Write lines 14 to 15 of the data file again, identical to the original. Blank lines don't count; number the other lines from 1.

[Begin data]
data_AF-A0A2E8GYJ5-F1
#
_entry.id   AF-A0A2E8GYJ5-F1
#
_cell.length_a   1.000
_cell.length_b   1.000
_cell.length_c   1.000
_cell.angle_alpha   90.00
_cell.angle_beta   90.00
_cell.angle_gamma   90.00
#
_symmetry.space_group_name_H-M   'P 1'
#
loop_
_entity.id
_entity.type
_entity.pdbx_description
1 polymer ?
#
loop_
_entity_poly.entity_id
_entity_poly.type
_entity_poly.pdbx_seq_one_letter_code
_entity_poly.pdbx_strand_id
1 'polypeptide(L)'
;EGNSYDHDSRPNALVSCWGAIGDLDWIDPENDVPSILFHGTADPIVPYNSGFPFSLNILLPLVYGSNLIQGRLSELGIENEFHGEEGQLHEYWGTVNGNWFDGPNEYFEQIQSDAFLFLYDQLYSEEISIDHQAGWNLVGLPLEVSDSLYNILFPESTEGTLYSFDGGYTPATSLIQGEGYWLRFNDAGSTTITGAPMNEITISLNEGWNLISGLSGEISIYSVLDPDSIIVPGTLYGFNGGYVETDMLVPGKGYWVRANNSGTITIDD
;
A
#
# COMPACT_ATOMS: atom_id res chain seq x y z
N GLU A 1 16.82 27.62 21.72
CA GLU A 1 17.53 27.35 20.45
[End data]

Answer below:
loop_
_entity.id